2024- anarchism, fascism and the status quo
Defining political terms is one of the hardest intellectual exercises around. Everyone has an opinion of what should or should not be. And that’s just under normal circumstances, not an election year, like we’re in right now, 2022, with perhaps the single most defining election in american history coming up in 2024.
Why is it so defining? The election of Donald Trump took many so called liberal/left leaning/ and some real conservatives by surprise. The reason is simple. Trump represents a clear representation of a real rising american fascist party, that is still ill defined, unorganized (for elections), though with his election in 2016 it is apparent the manipulation of the media, the resounding acknowledgement of a middle class and working- class tipping toward a fascist ideal of tear it down first, then we’ll think about rebuilding, have made the usual foolishness of a fascist movement in america more possible than it’s ever been.
Five years after candidate Trump campaigned, then won the election, upheavals in the Departments of Justice, Legislative disengagement, and judicial tampering, six years later we still are unable to tell how big the problem is. With Trump, at this moment, being hounded by the Justice Department, NY tax investigations, and Jan 6th panels, it appears that what once seemed like unswerving loyalty to him a year ago has transferred to the mini-Trumps running state houses and legislatures across the country. Certainly, food for thought as to what the future holds in American society.
America has seen many right and left radical movements in its relatively recent status as a world power. According to Paxton, America may have been the first nation state to experience the first, real fascist organization, in the KKK. However, despite the ideals of the KKK that continue to live on in most southern states and millions of white supremacist lexicons, most people have learned from their history books that fascism is a european thing, circa world war 2, Hitler, Mussolini, Franco. All the other demagogues in the world before and since merely represent themselves as “dictatorships”, which by itself covers a lot of ground in trying to distinguish between types of nation states.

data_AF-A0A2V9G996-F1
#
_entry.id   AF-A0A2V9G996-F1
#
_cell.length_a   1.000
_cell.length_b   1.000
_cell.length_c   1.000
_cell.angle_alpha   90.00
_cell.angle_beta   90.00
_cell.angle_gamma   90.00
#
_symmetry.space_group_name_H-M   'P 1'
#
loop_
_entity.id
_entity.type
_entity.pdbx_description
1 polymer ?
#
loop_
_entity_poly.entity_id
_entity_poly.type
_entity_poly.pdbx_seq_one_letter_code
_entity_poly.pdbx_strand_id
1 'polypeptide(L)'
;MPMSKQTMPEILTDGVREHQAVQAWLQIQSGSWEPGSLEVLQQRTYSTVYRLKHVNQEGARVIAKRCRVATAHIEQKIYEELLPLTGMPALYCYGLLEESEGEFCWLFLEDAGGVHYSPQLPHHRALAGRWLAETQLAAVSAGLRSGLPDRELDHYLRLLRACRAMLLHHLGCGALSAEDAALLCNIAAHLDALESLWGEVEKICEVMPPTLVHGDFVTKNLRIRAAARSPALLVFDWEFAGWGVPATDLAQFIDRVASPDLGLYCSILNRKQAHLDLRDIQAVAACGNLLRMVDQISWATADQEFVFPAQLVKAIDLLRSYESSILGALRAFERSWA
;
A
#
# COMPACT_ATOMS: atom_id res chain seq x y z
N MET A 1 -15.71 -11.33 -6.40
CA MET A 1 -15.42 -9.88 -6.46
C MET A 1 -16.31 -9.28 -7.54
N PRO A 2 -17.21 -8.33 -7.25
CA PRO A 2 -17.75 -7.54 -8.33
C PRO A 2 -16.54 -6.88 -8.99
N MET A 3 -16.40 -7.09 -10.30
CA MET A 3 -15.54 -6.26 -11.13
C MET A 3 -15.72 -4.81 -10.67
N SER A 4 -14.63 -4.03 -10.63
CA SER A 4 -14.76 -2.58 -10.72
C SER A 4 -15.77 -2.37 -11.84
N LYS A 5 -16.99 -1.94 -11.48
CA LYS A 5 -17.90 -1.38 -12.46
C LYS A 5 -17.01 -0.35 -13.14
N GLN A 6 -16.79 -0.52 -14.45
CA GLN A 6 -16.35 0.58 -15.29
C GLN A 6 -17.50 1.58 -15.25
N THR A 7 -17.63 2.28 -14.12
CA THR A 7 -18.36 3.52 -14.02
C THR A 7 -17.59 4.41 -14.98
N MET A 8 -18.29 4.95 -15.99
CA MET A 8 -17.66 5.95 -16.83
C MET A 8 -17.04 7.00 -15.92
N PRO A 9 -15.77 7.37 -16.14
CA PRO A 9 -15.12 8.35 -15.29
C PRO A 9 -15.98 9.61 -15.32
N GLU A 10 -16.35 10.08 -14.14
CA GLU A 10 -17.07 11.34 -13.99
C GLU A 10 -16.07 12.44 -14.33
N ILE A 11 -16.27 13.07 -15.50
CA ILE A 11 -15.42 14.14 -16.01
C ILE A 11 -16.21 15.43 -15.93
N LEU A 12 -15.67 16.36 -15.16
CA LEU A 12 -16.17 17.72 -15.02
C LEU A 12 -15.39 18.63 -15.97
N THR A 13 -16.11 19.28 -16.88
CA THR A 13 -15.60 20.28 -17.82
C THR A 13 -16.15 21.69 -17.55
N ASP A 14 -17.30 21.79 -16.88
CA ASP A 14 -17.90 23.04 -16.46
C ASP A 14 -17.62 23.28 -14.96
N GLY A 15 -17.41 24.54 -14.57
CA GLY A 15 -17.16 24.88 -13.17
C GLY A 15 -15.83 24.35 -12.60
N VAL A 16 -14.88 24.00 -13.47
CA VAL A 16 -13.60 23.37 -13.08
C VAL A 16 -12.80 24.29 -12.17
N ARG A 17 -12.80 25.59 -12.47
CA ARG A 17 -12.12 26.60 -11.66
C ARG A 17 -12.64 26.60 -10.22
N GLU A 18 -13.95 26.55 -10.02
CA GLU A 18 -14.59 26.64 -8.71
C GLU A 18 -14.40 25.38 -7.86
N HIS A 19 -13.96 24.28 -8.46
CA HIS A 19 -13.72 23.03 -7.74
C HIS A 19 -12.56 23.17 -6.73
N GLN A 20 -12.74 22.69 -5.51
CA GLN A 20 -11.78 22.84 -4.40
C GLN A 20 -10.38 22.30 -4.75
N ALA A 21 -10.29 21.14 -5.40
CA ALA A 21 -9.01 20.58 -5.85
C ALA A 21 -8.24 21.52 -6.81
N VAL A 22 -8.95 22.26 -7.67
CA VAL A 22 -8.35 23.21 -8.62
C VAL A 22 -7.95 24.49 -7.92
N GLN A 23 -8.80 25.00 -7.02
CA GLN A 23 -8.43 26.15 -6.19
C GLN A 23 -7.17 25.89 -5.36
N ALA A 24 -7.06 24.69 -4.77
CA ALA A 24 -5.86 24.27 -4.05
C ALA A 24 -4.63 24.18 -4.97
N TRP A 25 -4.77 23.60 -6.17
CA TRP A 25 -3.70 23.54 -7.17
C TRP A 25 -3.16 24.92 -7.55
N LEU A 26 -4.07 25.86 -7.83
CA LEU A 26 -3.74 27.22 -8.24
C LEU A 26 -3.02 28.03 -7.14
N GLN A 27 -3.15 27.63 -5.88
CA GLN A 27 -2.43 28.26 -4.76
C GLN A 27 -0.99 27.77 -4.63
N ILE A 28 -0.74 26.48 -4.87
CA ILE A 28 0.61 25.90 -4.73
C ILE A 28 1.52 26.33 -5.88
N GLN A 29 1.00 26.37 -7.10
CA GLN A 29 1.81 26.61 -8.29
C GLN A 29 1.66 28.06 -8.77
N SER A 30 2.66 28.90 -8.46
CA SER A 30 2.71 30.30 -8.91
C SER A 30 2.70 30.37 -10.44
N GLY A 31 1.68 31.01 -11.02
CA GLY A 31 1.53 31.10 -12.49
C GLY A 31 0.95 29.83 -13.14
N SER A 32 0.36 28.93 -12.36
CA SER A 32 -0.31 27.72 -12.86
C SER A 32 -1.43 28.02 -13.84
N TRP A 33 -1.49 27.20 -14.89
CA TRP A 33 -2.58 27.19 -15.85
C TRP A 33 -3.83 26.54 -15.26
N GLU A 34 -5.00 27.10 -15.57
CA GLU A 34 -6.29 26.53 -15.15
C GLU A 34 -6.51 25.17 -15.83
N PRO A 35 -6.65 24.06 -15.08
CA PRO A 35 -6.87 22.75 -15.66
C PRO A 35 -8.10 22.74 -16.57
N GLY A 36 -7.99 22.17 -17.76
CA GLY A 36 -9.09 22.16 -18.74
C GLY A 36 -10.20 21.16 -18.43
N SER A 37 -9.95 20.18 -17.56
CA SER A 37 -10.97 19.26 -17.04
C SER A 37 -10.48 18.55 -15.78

One real difference between the dictatorship and the democratically elected authoritarian state, like what we have in America, is that fascism doesn’t care about any of that. Fascism has one basic goal. Destroy whatever institutions the public puts its faith in and take power by deinstitutionalizing the society in whatever way the movement dictates.
With all this, the coming mid-term election of this year and general election campaign trail opening up in less than a year for 2024, the american public will once again be asked to choose between the lesser of an infinite number of evils with little good in sight.
It is with a certain amount of trepidation that we progressives for the lack of a better term begin to try and sort out how it will work. As journalists, artists, historians, intellectuals, writers we feel it is our obligation to attempt to discern the various motives, politics, and movements that will pass by in this parade of old, traditional, meandering political philosophies, and working-class ideals, including both the real and imagined ways government does not work for you.
We have to start at a point of definition. Trump and his ism is a fascist movement, fashioned from a Mussolini type of fascism that utilized all the socialist, individualist, power-based ideals and models defined by those who analyze political movements. It is personality (cult) based, it has no agenda other than the above mentioned ideal that the state should be destroyed by any means necessary, which can include using the very mechanism the state uses, such as voting, enforcement of the law, waiving of pre-determined rights already established by tradition etc, or by violence in the streets, creating chaos, doubt, and confusion of long-standing public truths.
We will examine these phenomenon as we progress through the electoral process, using the media, actual examples of the ways violence and the media work hand in hand in leading the public conscience on.
It is important to understand many of the media outlets, the general public at large, religious organizations, political groups, all use, unintentionally or not, resources designed to influence the one main entity, the public mind to vote, not from an actual engagement in the electoral process, but as a fearful, disengaged, uneducated, unthinking electorate.